Web apps also have a lower barrier to entry for getting started, allowing you to get off the ground more quickly.  Maintenance is also easier because all of your users will always be on the same version of the software, eliminating legacy support issues.

Native Mobile Apps

Native apps are built for a specific mobile operating system. Native iOS Apps built specifically for the Apple iPhone.  They are downloaded and installed via the Apple App Store. Native Android Apps are built specifically for Android devices like Samsung.  They are downloaded and installed via an app store.

Native Mobile App Pros:

  • Support built-in device features like GPS, camera and fingerprint
  • Support home screen shortcuts
  • Can work offline
  • Support push notifications
  • Faster and more efficient
  • Familiar user experience

Native Mobile App Cons:

  • iOS Apps are ONLY for iPhone
  • Android Apps are ONLY for Android devices
  • Must be submitted through app stores for approval
  • Require users to download updates
  • Higher cost for platform-specific development

What are Native Apps best for?

Native Apps shine for any type of app that needs geo-locating.  Geo-locating is responsible for pinpointing the precise geographic location of the user to deliver content and experiences based on what is around them.  Apps like Uber, Skip the Dishes, and the Realtor app depend heavily on built-in GPS features on devices to accurately show users what drivers, restaurants and homes are for sale are nearby.  Although some locating features are available on web apps, you cannot beat the speed and efficiency in which a mobile app can access and deliver this information.

Apps with map pins and anything that says “nearby” are examples of geo-location in action.

Other types of apps that benefit from the native operating system environment are apps that need immediate processing.  Examples of these include photo editing apps and audio/video apps that stream the content.  This type of heavy processing is best handled from the installed environment right on a user’s phone.

Progressive Web Apps

Progressive Web Apps are built using web technologies, get their data from the web, but can be installed and used on a mobile device (like an app).

Progressive Web App Pros:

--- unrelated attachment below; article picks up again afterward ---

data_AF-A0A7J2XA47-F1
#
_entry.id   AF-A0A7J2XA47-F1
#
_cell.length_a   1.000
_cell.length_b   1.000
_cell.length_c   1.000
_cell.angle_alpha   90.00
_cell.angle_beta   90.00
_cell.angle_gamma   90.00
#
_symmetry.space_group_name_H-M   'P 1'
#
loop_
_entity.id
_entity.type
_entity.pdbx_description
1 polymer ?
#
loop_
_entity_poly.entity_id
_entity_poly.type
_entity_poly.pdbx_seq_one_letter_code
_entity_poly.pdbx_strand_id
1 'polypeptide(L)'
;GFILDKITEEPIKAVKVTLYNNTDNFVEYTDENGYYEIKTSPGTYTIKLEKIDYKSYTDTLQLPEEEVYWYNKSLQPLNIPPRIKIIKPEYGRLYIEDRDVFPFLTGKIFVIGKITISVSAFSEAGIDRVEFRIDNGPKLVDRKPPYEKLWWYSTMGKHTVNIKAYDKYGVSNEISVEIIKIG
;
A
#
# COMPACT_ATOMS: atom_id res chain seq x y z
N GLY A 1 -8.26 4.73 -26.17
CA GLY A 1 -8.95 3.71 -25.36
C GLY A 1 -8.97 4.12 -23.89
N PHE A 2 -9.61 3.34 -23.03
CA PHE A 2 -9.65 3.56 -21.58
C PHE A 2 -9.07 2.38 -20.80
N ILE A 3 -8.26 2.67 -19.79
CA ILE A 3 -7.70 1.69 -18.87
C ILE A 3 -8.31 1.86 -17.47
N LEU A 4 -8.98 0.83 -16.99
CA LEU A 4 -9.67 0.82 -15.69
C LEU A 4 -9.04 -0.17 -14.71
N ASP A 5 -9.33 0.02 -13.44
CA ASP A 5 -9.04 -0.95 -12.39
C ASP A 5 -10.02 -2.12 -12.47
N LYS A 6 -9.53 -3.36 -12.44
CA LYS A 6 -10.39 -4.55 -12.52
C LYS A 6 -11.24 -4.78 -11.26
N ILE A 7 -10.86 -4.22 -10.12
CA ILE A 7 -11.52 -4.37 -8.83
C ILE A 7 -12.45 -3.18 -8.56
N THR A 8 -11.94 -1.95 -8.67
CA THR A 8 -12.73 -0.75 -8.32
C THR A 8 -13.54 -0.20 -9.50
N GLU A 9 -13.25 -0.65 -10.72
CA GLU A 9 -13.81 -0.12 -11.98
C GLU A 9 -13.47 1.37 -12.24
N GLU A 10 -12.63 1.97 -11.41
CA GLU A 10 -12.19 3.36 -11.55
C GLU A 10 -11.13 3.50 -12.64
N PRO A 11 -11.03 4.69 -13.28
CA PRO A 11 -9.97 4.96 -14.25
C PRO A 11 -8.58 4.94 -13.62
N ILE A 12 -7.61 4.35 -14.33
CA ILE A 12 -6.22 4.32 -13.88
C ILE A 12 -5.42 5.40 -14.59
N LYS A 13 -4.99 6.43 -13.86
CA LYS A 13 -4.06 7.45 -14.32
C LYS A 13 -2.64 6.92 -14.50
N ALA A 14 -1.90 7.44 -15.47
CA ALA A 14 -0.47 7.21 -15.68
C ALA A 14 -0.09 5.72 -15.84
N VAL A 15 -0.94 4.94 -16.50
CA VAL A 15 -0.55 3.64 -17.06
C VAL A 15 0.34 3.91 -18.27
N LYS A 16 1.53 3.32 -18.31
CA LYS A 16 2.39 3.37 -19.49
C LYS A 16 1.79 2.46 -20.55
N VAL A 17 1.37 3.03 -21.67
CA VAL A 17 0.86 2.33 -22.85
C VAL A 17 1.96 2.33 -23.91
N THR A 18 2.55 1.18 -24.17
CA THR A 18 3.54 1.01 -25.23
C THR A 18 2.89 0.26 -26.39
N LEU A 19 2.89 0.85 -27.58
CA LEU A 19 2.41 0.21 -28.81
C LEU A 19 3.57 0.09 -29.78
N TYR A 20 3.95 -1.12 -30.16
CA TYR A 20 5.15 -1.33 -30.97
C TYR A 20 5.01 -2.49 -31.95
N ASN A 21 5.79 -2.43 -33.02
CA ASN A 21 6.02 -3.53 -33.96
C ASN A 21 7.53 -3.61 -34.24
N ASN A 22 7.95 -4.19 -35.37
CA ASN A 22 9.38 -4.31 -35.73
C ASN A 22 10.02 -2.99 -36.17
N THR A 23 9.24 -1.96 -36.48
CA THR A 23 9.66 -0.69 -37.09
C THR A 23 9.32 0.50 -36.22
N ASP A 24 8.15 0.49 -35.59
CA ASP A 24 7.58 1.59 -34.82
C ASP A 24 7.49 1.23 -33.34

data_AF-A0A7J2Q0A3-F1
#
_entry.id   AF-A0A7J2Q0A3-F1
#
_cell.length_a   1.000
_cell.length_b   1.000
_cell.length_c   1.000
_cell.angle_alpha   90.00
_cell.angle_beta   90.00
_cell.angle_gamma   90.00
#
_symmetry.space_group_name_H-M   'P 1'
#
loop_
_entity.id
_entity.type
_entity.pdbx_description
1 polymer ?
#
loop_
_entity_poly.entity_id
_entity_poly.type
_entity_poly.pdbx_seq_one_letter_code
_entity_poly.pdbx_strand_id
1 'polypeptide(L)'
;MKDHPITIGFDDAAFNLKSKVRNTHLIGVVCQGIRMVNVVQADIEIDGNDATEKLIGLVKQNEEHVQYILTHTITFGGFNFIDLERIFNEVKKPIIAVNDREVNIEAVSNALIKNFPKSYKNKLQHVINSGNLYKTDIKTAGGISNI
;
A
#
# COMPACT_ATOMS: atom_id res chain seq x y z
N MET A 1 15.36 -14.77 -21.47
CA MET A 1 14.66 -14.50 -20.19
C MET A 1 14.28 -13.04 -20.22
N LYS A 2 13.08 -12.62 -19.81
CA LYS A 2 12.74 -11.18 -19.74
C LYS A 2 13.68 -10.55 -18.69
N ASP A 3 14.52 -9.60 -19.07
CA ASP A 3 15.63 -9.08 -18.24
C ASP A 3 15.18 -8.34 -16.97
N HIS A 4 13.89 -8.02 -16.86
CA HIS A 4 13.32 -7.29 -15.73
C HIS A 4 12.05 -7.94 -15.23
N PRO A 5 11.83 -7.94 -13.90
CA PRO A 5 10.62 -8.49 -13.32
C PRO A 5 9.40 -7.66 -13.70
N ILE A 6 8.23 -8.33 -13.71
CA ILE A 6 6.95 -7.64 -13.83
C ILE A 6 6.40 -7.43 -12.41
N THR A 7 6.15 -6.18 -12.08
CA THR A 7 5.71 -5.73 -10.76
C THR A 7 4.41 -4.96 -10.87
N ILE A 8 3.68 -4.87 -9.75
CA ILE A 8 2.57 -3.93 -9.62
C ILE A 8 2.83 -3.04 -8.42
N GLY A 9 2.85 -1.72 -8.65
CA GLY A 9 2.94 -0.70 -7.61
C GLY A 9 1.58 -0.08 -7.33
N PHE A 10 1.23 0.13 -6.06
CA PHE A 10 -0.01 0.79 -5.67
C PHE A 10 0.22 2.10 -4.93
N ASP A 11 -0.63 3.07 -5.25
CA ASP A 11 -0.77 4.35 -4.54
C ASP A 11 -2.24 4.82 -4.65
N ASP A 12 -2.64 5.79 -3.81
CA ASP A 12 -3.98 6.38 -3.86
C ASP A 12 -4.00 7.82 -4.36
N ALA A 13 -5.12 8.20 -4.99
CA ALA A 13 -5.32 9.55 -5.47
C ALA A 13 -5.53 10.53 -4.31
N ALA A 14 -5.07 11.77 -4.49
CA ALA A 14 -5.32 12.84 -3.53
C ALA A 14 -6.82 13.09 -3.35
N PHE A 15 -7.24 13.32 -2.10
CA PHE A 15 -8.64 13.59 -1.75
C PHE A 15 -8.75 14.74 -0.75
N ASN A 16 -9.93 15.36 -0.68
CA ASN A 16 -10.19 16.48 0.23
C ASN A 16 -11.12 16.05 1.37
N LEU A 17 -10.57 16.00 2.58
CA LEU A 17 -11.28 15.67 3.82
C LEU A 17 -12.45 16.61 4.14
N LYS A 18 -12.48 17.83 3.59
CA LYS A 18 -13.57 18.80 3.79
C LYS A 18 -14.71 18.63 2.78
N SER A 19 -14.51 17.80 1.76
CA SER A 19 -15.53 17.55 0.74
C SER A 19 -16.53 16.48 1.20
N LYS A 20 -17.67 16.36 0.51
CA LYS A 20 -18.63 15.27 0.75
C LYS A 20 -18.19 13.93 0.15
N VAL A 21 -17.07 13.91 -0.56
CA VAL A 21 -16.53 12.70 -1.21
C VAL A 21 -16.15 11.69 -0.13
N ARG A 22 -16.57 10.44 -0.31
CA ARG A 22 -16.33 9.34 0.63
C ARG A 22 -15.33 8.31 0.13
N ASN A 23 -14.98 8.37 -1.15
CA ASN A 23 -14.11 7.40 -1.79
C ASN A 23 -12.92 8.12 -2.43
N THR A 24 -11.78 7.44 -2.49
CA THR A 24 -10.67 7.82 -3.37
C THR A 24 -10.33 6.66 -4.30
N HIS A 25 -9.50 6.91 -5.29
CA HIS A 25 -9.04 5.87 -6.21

• Support home screen shortcuts
  • Can work offline
  • Support push notifications
  • Can be used on desktop, tablet and mobile devices
  • Discoverable by search engines
  • Do not need to be downloaded or installed
  • Do not require users to download updates

Progressive Web App Cons:

  • Limited browser support
  • Limited hardware support
  • Not available on app stores

What are Progressive Web Apps best for?

Progressive Web Apps are still relatively new and have limited browser and hardware support.  However, they do have their place.  A great use for one of these apps is something like a news website.  News websites can easily be rendered by the web for browsing and reading, but can encounter times where offline access would be an advantage (like riding on the Subway).  In this circumstance, a Progressive Web App would allow for the content to still be accessible and not interrupt the user’s experience even though they fell offline.  

This same functionality can also be useful for an e-commerce store, where a brief interruption in service can mean losing a sale. 


Type of apps:

  1. Web App
  2. Native App (iOs and Android)
  3. Progessive Web App

Things to consider when choosing an app type:

  1. System Resources
  2. Budget 
  3. Timeline
  4. Competitive Landscape/User Expectation
  5. Ongoing Maintenance

What app type is best for what?

  1. Web Apps: Business Software
  2. Native Apps: Geo-locating, Immediate Processing
  3. Progressive Web Apps: Web Apps that need offline access